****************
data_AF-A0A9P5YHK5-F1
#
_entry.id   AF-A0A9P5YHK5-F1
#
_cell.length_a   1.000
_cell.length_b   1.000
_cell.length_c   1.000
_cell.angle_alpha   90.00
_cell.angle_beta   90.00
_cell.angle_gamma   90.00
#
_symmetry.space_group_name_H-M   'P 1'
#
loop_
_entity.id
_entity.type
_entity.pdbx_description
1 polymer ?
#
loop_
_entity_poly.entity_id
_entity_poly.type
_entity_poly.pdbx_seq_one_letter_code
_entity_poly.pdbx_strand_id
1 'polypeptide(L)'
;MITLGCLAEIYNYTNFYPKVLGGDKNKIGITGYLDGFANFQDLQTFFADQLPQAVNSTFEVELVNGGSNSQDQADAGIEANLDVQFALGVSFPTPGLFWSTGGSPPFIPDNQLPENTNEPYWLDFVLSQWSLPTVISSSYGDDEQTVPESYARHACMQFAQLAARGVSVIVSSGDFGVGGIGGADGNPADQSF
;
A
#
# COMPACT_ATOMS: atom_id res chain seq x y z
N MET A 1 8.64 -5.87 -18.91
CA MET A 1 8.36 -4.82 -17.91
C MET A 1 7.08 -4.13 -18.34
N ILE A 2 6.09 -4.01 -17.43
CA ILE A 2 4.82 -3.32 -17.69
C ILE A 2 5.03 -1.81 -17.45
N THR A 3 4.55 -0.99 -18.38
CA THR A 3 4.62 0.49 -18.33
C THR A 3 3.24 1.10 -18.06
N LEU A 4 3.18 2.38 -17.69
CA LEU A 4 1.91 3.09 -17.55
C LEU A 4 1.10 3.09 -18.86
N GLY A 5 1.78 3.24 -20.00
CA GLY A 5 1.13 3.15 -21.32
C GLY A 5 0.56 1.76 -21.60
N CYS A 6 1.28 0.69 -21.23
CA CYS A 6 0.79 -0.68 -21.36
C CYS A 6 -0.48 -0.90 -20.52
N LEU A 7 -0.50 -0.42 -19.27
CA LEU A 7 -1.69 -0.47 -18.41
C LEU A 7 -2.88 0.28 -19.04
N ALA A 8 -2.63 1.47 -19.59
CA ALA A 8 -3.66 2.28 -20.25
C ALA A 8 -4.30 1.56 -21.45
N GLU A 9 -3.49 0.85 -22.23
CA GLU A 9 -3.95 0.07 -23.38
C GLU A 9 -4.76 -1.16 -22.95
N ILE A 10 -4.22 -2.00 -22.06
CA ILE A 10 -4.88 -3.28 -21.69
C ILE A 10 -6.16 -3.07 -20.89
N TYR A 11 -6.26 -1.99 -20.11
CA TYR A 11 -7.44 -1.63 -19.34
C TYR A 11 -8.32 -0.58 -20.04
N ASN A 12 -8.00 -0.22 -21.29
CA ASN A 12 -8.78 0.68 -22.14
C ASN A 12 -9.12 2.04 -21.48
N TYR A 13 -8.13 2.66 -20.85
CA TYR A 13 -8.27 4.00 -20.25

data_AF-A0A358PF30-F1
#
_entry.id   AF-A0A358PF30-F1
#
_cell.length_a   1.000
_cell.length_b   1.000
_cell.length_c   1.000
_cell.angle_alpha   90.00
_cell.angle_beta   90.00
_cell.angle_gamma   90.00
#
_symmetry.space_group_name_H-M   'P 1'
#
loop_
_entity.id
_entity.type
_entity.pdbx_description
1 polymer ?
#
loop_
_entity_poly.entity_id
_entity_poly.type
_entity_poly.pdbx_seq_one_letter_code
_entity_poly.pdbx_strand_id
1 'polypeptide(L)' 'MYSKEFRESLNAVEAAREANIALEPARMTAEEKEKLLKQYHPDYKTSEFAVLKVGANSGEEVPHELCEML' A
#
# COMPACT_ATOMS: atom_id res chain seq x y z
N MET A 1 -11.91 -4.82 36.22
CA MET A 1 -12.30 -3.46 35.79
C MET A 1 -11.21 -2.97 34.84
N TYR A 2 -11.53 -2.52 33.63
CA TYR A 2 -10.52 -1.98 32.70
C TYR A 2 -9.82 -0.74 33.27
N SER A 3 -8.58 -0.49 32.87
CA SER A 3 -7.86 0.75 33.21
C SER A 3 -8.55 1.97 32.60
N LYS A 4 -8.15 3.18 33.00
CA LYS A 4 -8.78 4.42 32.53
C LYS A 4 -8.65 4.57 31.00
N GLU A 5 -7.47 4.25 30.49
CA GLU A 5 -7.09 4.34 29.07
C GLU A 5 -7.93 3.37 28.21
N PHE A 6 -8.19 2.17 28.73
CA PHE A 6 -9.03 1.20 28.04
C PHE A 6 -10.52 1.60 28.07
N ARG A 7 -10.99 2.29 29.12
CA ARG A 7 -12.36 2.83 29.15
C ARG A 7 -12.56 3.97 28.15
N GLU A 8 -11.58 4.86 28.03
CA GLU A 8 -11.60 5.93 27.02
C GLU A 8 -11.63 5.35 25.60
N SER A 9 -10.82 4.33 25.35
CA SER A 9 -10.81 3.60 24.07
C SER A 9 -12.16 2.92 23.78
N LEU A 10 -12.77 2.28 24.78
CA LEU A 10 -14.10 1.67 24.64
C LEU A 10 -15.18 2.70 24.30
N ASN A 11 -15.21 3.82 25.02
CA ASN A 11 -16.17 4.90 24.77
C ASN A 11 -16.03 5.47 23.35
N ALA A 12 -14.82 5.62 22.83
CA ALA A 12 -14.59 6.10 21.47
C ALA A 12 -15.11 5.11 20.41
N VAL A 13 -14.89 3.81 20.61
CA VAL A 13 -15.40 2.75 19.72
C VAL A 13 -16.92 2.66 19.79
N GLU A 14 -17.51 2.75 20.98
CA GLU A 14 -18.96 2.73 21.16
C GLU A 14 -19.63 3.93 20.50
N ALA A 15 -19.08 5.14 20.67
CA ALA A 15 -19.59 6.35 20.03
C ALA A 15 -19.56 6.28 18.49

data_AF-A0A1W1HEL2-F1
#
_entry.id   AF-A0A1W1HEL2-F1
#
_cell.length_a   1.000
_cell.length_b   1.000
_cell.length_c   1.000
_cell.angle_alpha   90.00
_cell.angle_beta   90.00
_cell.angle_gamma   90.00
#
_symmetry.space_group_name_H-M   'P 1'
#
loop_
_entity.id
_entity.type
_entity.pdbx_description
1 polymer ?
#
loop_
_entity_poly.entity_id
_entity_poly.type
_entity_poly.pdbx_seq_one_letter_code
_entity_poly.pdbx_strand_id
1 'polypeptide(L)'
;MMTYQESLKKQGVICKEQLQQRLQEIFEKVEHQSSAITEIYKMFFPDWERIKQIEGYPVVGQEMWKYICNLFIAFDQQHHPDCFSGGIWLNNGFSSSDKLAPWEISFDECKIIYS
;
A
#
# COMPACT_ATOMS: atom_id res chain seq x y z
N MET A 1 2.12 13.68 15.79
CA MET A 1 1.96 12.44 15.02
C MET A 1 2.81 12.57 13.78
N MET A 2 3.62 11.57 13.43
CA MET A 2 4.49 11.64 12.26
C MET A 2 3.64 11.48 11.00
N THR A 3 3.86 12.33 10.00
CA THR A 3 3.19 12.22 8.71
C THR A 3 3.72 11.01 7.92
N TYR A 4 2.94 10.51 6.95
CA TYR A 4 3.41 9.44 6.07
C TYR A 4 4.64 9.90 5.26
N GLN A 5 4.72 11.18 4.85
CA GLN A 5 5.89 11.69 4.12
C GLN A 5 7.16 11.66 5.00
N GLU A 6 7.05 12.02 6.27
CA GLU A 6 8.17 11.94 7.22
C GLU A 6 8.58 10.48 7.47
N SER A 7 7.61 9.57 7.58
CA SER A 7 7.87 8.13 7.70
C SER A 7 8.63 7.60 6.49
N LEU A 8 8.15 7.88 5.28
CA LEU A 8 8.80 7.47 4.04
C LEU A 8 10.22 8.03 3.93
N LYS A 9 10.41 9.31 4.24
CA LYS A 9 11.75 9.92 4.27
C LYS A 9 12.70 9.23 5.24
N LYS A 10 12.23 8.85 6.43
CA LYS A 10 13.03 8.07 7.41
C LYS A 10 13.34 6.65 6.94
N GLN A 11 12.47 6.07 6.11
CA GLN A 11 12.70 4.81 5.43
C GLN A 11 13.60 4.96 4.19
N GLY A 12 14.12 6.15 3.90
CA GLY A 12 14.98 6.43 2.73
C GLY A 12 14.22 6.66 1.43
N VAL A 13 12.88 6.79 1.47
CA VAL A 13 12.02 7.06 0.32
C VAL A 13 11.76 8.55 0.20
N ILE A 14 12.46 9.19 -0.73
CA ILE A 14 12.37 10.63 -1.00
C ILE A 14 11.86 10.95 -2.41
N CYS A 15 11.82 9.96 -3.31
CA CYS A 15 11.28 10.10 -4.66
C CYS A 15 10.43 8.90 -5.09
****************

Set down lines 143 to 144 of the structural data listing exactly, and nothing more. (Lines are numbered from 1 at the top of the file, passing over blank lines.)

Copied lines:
_entry.id   AF-A0A1W1HEL2-F1
#